After reading the introduction to The New Kings of Nonfiction, I am very excited to read the stories contained in the book throughout the semester. As Glass points out, all of the stories were written by great reporters, and many of the stories have similar characteristics. (Talking about the collection of stories in the book and their similarities) "First and foremost, they're incredible reporters. And like the best reporters, they either find a new angle on something we all know about already, or -- more often -- they take on subjects nobody else has figure out are worthy of reporting." (pg 4) I am looking forward to reading these stories and breaking them down in detail, mainly because of the struggles I've had in taking on new angles in stories I've written. Based on most of what I read and the style I generally have to adhere to when producing content for umdbulldogs.com, I often struggle to come up with much of anything outside of the basic who what where when why and how. I think reading this collection of stories will enhance my curiosity and ability to uncover new angles in my reporting.
What stood out to me from Part I : An Invitation to Narrative in Telling True Stories was Gay Talese's section entitled "Delving into Private Lives." Talese talks about the 1999 Women's World Cup Final between the United States and China, a match the US won via penalty kicks. He said that the more interesting story would be to focus on Yu Ling, the Chinese player who missed her penalty kick, opening the door for a US victory. Between the New York Times, Newsweek and Time, everything focused on the United States' Victory and the ensuing celebration, but nothing focused on the Chinese player who failed to score. Talese points out that the most interesting question might be, "What was it like for a twenty-five-year-old-woman to screw up in this Communist regime emerging as a world power?" (p. 8) I thought this was an interesting take. I take in a lot of sports coverage, and almost every story focuses on the winning side of a given game or match. The more I think about it, I think this is because the level of effort required to obtain usable quotes from someone on the losing end is substantially more than that of someone on the winning side. From my own experience, I think the general bad mood displayed by players, coaches and representatives from a losing team can intimidate a reporter. I think this results in more abrupt interviews and more "softball" questions being tossed at the interviewee. After reading that section of Part 1, I am going to make a point to get more out of someone from the losing side when covering a game, which is something I've tried to avoid to this point in my career as a journalist.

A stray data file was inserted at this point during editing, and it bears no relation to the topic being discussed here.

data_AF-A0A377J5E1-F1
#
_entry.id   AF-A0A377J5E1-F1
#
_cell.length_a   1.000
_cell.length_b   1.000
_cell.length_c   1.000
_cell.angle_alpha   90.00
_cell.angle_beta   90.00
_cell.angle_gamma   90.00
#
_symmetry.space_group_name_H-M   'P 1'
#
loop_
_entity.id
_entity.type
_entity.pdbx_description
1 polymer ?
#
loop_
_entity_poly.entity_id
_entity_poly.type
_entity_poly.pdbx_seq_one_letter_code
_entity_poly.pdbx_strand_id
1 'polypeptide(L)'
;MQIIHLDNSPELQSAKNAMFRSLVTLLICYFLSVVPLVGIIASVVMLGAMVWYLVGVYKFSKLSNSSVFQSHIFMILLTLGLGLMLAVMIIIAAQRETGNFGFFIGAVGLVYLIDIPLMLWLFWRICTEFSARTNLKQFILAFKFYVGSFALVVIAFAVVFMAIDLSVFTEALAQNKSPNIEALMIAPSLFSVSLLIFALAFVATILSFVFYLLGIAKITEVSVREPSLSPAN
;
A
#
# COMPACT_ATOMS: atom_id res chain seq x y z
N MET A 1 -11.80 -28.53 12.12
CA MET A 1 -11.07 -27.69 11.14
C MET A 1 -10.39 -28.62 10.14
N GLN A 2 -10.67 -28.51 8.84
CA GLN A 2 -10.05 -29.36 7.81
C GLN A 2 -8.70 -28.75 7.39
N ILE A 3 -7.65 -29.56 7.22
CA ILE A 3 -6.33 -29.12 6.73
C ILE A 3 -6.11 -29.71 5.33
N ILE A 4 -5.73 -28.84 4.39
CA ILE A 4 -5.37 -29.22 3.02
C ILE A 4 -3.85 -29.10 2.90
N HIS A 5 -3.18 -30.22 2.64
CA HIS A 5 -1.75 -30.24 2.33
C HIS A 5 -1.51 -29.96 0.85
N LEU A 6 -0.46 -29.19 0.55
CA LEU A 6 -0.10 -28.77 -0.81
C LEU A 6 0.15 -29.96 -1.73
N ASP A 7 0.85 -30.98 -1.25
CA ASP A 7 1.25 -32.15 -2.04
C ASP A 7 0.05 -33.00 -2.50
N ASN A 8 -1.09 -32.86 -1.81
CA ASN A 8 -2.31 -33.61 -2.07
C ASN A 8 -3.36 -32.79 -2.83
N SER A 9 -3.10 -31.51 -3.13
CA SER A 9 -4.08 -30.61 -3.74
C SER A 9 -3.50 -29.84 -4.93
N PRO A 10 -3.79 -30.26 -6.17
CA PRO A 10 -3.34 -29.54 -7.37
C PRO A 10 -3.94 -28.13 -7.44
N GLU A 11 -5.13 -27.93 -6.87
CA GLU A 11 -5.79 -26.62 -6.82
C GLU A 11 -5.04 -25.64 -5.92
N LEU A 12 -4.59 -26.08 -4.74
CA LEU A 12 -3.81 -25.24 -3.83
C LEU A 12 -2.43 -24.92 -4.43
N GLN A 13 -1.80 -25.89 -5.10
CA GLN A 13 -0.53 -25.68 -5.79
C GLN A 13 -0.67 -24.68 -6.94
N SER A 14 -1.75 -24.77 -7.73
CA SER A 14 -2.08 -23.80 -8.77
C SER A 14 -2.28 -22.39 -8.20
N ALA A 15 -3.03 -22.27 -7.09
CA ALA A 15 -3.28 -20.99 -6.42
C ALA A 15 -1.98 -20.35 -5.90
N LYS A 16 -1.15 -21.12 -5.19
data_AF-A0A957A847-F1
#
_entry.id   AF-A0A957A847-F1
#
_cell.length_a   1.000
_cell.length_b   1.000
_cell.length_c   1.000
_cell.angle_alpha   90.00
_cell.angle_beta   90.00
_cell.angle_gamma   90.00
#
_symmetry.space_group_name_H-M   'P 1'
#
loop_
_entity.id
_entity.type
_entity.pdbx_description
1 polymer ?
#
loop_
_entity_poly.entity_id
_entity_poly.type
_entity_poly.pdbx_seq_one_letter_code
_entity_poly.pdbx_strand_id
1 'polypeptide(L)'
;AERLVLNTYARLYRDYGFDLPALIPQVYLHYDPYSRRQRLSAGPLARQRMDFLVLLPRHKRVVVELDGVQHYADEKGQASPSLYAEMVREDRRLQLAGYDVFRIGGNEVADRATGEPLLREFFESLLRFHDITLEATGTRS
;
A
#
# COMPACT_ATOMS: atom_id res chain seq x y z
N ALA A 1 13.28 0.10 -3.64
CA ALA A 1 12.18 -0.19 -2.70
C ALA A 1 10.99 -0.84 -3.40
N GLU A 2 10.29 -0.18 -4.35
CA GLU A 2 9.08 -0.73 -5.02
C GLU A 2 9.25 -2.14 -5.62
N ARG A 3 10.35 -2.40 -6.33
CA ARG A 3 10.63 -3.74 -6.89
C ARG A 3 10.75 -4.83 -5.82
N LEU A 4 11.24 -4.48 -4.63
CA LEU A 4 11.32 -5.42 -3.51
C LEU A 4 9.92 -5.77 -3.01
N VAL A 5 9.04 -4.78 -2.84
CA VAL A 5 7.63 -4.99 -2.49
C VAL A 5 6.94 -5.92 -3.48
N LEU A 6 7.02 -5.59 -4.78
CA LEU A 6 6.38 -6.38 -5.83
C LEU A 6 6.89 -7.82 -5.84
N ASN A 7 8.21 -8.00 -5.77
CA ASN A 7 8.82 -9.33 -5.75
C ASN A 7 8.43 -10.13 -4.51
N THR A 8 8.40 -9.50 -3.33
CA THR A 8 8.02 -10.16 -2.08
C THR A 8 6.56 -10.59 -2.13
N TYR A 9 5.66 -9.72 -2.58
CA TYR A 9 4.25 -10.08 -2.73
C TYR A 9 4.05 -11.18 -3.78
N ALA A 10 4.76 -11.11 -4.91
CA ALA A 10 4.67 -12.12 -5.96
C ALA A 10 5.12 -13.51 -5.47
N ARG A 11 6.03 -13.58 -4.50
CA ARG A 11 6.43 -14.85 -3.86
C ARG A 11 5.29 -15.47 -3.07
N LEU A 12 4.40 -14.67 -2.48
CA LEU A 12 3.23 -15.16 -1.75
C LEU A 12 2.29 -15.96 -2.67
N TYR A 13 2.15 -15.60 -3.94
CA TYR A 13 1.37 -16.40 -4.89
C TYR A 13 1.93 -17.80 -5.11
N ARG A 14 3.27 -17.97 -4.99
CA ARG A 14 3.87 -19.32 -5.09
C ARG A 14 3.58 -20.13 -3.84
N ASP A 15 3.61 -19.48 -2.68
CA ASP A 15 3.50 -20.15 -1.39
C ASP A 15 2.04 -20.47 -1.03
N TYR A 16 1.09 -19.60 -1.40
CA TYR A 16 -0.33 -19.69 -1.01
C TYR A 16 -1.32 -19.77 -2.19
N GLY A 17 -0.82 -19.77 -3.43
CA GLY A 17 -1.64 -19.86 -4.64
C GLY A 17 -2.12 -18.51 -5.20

Questions for class:
Is the basic, objective (inverted pyramid) format taught to all young journalists helping or hurting? Do the limitations imposed by that style take away from a reporter's curiosity and ability to be creative in the future? Since New Kings points to more creative pieces as some of the best writing, it makes me wonder if the inverted pyramid is something young reporters should learn later, rather than right away.